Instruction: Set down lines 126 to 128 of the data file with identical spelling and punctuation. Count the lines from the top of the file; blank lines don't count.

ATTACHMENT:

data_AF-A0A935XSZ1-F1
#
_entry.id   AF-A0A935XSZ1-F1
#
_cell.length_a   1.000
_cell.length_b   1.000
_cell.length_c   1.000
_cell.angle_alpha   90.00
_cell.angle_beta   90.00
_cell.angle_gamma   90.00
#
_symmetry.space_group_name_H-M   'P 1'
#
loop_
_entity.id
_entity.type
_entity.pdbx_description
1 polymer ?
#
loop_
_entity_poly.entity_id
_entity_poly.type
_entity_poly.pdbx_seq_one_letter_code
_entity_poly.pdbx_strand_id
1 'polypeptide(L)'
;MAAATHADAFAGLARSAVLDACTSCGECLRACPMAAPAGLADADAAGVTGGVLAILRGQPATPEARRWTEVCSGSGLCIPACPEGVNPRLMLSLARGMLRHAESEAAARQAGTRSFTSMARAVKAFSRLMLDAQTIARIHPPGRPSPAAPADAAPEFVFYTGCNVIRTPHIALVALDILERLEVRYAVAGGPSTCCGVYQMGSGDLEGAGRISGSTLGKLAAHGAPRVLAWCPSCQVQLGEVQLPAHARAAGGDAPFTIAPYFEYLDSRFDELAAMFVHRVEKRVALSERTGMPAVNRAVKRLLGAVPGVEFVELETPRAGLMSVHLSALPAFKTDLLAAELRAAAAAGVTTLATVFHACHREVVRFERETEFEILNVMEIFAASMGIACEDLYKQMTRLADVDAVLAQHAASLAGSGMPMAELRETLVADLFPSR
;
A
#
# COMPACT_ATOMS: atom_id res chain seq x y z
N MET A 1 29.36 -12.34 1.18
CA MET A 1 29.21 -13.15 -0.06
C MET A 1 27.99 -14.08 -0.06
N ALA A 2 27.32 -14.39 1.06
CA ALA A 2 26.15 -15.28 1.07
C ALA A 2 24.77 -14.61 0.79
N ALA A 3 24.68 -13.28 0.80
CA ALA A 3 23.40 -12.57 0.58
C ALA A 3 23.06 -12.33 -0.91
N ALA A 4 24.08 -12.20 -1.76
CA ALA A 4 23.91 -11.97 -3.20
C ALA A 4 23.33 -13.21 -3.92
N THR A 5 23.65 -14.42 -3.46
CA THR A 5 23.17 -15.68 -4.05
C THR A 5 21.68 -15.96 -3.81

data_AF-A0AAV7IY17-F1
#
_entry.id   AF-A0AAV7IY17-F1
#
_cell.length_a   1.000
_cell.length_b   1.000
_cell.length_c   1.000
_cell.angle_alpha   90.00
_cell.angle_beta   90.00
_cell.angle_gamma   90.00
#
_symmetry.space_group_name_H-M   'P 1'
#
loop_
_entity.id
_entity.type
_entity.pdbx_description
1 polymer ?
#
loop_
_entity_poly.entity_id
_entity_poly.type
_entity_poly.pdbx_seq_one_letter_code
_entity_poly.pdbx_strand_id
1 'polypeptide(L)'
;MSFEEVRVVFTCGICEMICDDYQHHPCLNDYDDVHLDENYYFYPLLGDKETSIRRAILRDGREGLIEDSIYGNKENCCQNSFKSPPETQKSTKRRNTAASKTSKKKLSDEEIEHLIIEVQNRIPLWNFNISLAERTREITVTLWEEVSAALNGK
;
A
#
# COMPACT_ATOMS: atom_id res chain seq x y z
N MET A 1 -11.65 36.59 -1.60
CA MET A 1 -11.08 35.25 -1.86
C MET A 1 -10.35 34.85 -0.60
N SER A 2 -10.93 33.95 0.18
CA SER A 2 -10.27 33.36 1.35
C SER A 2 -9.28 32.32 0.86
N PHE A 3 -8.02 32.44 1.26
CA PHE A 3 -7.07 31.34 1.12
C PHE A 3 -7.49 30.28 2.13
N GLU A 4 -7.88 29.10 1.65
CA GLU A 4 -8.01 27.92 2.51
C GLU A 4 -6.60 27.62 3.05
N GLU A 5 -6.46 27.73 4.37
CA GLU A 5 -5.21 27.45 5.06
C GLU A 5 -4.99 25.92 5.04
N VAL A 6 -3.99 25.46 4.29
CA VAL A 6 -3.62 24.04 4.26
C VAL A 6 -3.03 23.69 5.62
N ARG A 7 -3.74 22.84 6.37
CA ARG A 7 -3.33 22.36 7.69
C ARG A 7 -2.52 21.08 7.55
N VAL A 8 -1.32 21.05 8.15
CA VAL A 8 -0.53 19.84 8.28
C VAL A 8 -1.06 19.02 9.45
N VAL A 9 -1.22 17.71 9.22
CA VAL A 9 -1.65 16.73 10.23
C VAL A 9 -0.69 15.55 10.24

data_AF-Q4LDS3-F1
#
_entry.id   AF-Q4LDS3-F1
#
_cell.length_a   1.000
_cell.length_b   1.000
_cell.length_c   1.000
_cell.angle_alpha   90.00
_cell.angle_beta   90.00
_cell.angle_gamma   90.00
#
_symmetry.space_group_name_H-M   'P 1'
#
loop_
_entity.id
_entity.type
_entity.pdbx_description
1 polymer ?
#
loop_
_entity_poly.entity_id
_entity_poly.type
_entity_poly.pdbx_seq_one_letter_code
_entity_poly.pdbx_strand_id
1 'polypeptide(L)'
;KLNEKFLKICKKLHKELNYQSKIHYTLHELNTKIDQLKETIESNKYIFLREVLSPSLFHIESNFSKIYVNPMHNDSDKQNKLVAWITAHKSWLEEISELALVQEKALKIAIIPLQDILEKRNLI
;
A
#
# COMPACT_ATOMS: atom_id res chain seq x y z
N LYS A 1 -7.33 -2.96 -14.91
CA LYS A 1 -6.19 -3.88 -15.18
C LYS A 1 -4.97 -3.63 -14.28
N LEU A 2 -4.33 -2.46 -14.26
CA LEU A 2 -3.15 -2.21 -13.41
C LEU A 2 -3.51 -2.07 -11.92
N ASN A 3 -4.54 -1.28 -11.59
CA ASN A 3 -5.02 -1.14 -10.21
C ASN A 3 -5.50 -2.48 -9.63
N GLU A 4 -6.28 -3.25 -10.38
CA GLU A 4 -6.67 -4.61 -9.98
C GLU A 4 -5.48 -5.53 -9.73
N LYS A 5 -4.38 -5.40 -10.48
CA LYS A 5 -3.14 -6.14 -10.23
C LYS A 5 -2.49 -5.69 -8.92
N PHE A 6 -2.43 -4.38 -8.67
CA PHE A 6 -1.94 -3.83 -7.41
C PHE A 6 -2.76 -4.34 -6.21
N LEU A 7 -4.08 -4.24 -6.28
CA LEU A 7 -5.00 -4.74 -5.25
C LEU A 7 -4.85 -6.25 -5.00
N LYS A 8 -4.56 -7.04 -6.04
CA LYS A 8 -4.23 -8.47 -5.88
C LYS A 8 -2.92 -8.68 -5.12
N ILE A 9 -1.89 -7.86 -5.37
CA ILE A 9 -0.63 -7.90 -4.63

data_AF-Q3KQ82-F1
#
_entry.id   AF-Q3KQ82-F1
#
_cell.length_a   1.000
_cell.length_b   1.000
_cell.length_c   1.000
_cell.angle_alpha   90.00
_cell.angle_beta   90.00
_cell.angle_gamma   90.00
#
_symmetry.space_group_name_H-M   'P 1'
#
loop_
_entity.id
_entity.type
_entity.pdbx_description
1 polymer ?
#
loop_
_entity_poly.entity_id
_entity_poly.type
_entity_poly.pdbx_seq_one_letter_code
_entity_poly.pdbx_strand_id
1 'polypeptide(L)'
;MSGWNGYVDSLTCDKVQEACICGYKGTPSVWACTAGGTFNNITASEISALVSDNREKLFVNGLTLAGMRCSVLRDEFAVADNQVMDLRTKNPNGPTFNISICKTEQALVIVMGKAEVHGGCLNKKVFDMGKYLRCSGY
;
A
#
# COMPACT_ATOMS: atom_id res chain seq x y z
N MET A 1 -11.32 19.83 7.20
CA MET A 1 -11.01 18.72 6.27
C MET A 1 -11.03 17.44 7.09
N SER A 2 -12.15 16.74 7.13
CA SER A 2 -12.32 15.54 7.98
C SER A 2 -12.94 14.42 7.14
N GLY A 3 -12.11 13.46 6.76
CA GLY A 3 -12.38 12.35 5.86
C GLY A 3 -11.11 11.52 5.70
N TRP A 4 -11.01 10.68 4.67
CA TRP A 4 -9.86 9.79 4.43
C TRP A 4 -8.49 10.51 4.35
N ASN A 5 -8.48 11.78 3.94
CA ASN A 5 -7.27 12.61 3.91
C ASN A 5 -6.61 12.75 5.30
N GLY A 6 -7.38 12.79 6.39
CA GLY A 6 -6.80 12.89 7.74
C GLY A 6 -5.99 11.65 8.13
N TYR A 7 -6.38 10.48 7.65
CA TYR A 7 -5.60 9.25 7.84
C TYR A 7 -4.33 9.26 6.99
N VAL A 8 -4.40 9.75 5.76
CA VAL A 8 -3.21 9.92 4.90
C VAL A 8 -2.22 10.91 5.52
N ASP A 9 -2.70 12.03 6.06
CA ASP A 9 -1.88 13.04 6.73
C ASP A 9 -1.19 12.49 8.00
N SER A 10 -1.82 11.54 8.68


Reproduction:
_entity_poly.pdbx_strand_id
1 'polypeptide(L)'
;KLNEKFLKICKKLHKELNYQSKIHYTLHELNTKIDQLKETIESNKYIFLREVLSPSLFHIESNFSKIYVNPMHNDSDKQNKLVAWITAHKSWLEEISELALVQEKALKIAIIPLQDILEKRNLI